Trevor Deck, Tim Neufeldt, Rebecca Shaw, University of Toronto Libraries
The University of Toronto Music Library is located inside the Faculty of Music’s Edward Johnson Building on the St. George Campus of U of T in the heart of downtown Toronto. The Edward Johnson Building is located near the corner of Queen’s Park and Bloor Street, beside the Royal Ontario Museum. The beautiful Philosopher’s Walk path meanders behind the Edward Johnson Building and Music Library staff and users are fortunate to look out on the crab apple blossoms lining the path every Spring.
The University of Toronto Music Library collection began in 1921 when the University of Toronto took over operations of the Toronto Conservatory of Music, including its Music Library. In 1964, the Library, along with the Faculty of Music, moved to a new premises, named for the Canadian tenor and former Artistic Director of the Metropolitan Opera, Edward Johnson. The new building was constructed to meet the growing size and demands of the Faculty. At the time, the Music Library collection consisted of over 80,000 books, scores, and periodicals, as well as thousands of recordings. Nearly 60 years later, that collection has more than doubled.
The Music Library’s first home in the Edward Johnson Building was on the third floor. It moved again in 1992 to the new, Rupert E. Edwards wing, added on the faculty’s south side, to accommodate the evergrowing collection.
We are fortunate to have four music librarians, a music archivist, and six library technicians. I represent the most recent new addition to the team, coming on board in September 2019, while several staff members have worked at the library for multiple decades. Our longest tenured staff member, Jay Lambie, began working at the library in September of 1985.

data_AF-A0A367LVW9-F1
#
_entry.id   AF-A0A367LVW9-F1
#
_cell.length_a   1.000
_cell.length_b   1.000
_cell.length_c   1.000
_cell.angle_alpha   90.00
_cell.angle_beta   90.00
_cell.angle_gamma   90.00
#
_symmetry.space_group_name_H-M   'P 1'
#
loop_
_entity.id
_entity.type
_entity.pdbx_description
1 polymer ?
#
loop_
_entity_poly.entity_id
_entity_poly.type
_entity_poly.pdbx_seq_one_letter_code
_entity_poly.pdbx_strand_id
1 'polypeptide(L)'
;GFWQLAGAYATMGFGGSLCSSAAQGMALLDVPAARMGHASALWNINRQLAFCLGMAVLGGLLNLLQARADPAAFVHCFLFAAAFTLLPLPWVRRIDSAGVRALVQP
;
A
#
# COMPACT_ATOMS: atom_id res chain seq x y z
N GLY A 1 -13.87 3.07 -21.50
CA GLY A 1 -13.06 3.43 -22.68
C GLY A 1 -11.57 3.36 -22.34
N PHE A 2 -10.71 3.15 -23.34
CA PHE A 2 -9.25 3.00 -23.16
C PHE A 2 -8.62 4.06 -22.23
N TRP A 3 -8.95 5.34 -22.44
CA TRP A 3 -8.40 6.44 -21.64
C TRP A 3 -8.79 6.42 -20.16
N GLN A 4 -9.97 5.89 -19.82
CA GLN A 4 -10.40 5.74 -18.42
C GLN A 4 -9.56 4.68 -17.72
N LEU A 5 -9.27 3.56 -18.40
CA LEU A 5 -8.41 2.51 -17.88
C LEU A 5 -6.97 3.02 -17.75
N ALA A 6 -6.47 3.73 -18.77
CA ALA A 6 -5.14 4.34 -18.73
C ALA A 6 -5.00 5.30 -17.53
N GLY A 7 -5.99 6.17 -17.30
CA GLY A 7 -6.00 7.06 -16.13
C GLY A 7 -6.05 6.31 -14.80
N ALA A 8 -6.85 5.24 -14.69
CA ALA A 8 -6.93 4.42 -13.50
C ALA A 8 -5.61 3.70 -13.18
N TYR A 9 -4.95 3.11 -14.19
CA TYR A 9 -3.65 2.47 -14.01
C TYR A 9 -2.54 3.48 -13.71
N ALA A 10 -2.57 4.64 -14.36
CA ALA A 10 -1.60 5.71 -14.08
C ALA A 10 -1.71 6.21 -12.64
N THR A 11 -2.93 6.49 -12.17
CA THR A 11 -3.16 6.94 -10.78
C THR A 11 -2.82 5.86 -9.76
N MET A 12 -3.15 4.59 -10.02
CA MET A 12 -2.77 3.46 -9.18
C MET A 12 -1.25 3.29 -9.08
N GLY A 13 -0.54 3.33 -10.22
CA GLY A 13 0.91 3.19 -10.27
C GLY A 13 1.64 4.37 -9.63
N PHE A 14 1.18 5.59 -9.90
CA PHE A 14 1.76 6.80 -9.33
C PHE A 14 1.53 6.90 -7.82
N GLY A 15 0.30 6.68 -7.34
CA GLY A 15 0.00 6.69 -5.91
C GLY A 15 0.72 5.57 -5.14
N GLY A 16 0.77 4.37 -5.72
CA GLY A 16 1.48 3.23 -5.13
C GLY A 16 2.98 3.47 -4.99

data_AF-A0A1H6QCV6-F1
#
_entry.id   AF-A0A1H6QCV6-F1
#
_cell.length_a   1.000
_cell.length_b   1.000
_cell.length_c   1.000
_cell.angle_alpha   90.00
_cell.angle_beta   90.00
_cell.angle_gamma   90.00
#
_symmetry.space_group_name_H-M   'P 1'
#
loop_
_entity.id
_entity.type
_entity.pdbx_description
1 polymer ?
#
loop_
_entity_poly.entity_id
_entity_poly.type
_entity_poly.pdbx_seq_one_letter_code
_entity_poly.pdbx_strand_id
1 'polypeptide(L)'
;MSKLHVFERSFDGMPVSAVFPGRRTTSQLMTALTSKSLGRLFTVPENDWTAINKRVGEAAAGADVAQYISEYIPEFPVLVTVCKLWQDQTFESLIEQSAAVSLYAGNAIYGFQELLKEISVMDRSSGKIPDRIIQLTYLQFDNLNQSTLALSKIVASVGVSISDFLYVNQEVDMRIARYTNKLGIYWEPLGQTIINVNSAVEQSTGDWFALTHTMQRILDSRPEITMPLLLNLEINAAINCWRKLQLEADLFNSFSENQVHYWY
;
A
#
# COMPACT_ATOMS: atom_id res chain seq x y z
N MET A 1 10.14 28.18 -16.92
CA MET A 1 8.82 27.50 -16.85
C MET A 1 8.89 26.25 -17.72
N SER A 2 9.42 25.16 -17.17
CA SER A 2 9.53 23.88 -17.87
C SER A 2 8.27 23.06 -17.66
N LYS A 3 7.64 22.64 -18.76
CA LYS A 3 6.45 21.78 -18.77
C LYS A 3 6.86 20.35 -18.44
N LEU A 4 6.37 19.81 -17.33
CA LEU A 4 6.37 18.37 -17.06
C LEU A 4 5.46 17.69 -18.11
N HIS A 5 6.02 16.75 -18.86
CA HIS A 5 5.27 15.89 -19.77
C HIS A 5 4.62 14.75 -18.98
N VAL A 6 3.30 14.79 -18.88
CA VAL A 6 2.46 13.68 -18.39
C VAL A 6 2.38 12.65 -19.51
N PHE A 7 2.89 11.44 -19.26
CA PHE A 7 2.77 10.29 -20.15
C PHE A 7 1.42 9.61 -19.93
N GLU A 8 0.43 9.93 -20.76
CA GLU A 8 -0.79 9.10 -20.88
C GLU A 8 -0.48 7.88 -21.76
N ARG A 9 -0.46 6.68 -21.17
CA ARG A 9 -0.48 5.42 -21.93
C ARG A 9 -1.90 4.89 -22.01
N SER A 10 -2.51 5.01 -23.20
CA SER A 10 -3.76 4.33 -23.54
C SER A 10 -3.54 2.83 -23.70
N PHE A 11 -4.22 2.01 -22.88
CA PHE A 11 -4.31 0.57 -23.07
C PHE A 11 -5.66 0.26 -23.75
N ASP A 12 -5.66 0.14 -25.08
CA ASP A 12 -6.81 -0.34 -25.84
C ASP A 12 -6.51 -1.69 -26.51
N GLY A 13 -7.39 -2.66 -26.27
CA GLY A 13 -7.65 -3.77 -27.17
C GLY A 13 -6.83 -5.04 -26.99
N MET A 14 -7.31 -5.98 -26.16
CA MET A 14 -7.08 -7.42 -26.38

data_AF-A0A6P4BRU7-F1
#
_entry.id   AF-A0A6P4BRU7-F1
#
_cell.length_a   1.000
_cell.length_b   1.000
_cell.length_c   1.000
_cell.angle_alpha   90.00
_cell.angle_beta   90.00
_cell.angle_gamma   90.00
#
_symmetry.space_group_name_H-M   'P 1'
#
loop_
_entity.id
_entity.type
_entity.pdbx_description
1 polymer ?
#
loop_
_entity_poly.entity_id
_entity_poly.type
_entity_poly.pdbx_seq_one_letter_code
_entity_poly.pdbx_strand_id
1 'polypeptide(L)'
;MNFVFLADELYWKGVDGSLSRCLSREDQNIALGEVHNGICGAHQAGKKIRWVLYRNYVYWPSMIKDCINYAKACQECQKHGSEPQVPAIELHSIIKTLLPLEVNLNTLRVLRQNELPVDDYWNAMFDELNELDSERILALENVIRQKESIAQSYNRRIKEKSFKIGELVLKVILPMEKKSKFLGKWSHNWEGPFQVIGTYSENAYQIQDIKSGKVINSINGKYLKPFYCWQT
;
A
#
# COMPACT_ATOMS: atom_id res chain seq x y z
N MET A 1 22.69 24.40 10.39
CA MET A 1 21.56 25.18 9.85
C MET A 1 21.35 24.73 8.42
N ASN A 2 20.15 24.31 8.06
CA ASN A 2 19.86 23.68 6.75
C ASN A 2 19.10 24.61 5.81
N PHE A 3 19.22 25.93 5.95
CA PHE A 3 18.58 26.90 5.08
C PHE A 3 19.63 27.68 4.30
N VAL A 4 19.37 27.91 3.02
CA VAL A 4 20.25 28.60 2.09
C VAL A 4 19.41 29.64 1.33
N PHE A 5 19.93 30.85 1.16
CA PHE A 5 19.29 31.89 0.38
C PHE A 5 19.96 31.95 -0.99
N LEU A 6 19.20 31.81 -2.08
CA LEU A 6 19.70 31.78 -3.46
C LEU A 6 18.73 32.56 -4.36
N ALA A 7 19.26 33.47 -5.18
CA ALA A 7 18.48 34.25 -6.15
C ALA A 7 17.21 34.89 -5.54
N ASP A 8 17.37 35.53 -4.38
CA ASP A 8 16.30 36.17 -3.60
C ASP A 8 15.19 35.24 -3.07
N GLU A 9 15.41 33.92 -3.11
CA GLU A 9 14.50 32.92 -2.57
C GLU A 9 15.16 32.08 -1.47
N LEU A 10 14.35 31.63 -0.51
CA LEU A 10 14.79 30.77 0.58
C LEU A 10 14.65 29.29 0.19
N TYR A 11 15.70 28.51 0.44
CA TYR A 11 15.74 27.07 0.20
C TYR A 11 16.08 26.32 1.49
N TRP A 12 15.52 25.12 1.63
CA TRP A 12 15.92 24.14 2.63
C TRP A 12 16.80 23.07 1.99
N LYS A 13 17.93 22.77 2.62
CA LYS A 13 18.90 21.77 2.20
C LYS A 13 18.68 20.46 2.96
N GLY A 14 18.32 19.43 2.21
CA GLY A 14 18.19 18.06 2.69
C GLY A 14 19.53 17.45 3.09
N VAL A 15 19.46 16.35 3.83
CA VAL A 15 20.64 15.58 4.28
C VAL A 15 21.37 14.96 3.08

The Faculty of Music consists of 899 full-time equivalent students as of 2019. There are 35 different programs within the Faculty of Music, ranging from diploma to PhD programs, and including jazz and classical performance, opera, composition, music theory, musicology, ethnomusicology, music technology, and music education. 57% of our undergraduate intake from 2019 were made of up of students from within the Greater Toronto Area, while 11% of new undergraduate students were from outside of Canada. 25% of new graduate students from 2019 were from within the Greater Toronto Area, while 25% were from outside of Canada. In terms of faculty, there are 34 full-time tenured faculty and 13 teaching stream professors, as well as many part time and sessional instructors. We also serve a wide range of community researchers.
The Music Library is one of 44 branch libraries at U of T and is home to the largest music research collection in Canada, with over 220,000 books and periodicals; around 300,000 music scores; over 250,000 sound recordings; and extensive archival and special collections. The library supports teaching, research, and performance at the Faculty of Music, and the activities of the Toronto music-making community.
The upper, or main level, of the Music Library houses reference materials, journals, music literature, recordings, study space, printing services, circulation, reference help, and the Rare Book Room.
The Sniderman Recording Room, situated behind the Service Desk, is named for Sam Sniderman, the founder of the Canadian record shop Sam the Record Man. Although our audio collection has expanded beyond the physical restraints of this room, it still houses over 100,000 compact discs. We also hold over 150,000 discs in historical formats such as vinyl LPs and shellac 78s.
The lower level of the library houses approximately a quarter of a million music scores for every possible instrument and ensemble, books on music literature and music theory, and the Performance Collection.
Our Music score collection takes up most of the shelf space downstairs and grows by 6,000 titles per year. About 30 percent of this collection is now stored at the University of Toronto Libraries offsite storage facility and is available by request.
The Music Library is home to several different special collections, including our rare books, archives, sheet music, and audio and video equipment.